DNA ``fingerprints'' - supposedly more reliable than real fingerprints for identifying individuals - have been put on trial and found wanting. Ruling on the admissibility of such evidence in a Bronx murder case, New York Judge Gerald Sheindlin has ruled that certain DNA evidence can't be used in the trial because the tests were technically flawed. This ruling, following a 12-week pretrial hearing, confirms what expert witnesses have been saying for months. Supposedly reliable DNA typing isn't necessarily reliable at all.
This should give proponents of the technique pause.
DNA typing depends on the biological fact that two individuals are highly unlikely to have the same DNA patterns (which carry their genetic information) unless they are identical twins. Thus, if DNA from a crime scene matches that of a suspect, this would link the suspect with that scene.
But the subtle comparison is not as straightforward as matching up real fingerprints. Also the likelihood of a match due to chance depends on how many people share a distinctive genetic pattern in the population to which a person belongs. Testers have tended to use statistics for large populations, whereas a suspect (or victim) may belong to a close-knit, perhaps inbred subgroup. This makes the claims of astronomical odds against a DNA match being mere coincidence somewhat dubious.
In the Bronx case, tests showed that blood on the suspect's watch was not his own. Judge Sheindlin ruled those tests admissible as evidence. But he ruled tests purportedly matching the DNA in the blood with the victim's DNA to be flawed and inadmissible. This confirmed the judgment of scientists that the tests did not follow good laboratory procedure.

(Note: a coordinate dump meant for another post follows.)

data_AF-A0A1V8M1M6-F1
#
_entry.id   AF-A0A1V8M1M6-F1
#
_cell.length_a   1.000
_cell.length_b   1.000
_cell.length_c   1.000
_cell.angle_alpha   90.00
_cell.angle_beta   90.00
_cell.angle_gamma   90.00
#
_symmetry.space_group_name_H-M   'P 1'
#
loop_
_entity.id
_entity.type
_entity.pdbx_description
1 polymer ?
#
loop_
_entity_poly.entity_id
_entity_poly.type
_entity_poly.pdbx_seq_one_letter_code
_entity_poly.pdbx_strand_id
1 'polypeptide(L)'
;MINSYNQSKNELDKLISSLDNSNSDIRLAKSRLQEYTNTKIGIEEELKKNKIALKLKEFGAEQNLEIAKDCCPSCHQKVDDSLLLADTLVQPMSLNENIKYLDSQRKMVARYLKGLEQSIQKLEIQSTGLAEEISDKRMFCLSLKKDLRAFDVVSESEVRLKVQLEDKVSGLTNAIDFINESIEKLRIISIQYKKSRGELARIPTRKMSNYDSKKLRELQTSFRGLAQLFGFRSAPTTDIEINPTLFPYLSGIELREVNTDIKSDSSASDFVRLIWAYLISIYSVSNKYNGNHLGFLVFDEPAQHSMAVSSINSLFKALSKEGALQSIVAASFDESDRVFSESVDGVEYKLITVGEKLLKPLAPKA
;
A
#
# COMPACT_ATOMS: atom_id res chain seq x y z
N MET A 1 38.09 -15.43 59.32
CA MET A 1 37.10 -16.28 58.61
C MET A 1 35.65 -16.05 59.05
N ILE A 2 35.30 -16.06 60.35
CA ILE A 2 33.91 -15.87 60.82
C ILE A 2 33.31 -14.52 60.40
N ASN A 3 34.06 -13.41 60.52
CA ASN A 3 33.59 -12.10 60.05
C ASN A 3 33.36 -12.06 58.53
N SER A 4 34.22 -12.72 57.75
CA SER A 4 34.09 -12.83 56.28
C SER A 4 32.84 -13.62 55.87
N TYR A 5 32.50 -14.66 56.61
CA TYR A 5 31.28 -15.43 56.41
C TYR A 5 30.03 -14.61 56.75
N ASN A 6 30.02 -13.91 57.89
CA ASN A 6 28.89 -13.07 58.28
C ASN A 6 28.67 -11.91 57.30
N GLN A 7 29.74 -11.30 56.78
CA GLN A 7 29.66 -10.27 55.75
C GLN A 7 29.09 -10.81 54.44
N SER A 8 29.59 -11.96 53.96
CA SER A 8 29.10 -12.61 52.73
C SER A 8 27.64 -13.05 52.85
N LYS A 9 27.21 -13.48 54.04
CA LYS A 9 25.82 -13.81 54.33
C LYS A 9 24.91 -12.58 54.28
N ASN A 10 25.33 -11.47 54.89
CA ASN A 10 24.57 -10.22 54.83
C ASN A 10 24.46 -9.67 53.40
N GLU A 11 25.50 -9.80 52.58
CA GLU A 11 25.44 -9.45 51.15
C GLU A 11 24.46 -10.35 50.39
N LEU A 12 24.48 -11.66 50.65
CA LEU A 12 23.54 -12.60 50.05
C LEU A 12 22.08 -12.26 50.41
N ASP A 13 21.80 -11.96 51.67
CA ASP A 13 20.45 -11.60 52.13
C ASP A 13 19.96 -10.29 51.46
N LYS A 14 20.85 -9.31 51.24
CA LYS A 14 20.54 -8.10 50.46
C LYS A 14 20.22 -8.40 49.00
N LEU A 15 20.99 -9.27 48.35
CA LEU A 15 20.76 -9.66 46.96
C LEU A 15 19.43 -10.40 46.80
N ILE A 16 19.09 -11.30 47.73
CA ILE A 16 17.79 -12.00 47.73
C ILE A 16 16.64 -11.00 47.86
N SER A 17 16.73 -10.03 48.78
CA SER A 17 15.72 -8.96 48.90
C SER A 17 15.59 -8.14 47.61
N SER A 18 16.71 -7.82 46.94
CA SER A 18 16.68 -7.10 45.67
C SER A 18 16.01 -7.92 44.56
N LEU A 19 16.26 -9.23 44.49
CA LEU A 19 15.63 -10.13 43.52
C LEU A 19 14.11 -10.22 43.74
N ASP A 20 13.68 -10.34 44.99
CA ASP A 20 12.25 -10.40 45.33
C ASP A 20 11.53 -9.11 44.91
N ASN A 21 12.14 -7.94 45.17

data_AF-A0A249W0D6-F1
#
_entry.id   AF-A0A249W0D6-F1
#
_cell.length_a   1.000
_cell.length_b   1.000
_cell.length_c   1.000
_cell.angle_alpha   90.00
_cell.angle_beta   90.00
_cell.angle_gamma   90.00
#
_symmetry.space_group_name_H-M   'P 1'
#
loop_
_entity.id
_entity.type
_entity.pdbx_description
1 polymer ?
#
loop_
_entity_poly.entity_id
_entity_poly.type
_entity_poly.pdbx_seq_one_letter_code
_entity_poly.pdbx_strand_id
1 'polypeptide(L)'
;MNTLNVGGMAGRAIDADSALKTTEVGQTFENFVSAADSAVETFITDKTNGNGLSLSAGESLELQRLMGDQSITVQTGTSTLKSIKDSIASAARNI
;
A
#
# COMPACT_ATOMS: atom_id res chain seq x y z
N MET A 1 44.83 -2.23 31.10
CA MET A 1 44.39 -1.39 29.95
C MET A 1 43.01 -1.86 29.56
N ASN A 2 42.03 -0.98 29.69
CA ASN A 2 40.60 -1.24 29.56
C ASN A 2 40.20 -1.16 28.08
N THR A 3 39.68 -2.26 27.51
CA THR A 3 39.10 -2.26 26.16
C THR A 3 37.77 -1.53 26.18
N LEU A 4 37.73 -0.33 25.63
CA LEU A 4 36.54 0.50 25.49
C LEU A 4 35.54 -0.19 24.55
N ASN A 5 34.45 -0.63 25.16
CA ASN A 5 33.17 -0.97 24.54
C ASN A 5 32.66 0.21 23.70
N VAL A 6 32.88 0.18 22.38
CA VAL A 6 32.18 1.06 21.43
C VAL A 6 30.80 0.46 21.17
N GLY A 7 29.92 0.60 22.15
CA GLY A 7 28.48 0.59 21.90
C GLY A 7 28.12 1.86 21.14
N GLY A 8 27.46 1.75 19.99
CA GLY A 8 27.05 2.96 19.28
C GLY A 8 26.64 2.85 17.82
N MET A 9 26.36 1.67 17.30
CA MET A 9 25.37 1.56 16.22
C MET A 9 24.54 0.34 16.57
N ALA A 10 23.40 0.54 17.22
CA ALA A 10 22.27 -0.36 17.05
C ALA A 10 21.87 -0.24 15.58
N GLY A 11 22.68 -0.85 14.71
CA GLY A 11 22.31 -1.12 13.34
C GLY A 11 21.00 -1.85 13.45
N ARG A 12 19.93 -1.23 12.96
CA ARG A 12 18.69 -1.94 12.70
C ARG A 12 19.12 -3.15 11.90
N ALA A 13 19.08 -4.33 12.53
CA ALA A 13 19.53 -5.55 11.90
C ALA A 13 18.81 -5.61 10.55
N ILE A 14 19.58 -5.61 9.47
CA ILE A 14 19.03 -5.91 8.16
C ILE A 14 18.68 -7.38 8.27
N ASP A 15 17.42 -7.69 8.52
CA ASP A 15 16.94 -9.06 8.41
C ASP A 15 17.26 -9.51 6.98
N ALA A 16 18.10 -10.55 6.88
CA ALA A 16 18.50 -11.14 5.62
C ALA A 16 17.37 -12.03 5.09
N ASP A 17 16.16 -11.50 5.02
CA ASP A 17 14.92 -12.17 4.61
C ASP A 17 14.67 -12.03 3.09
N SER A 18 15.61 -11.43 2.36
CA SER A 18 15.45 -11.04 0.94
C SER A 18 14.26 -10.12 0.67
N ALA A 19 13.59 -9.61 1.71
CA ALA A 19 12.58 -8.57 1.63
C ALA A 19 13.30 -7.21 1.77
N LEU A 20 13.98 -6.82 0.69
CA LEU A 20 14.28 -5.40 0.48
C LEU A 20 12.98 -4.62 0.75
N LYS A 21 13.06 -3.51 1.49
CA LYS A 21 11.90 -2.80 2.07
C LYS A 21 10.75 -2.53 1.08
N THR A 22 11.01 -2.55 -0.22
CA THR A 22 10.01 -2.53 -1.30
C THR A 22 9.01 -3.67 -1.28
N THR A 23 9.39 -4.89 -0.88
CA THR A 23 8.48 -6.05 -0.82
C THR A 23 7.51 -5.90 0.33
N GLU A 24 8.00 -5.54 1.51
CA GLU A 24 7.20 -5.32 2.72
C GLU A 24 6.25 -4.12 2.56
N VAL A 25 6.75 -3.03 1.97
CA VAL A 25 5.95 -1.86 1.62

The ruling doesn't find DNA typing, in itself, inadmissible as legal evidence. It only rules out testing with technical and procedural flaws. But this raises the larger issue of what are proper standards for DNA ``fingerprinting.''
Some eminent molecular biologists say there are not yet generally accepted standards, especially for the interpretation of test results. Eric S. Lander of the Whitehead Institute in Cambridge, Mass., for example, says flatly that ``we, the scientific community, have failed to set rigorous standards ... with the result that some of the conclusions presented to courts are quite unreliable.''
Judges and jurors, who can't be expected to understand the technical details of DNA analysis, tend to accept test findings as unarguable scientific proof when, in fact, they are not. Yet some convictions have turned on DNA evidence.
The congressional Office of Technology Assessment is making a comprehensive study of DNA ``fingerprinting.'' The National Academy of Sciences is expected to commence a study of its own soon. Until these studies are assessed and adequate standards set, the legal community should put DNA ``fingerprinting'' on hold.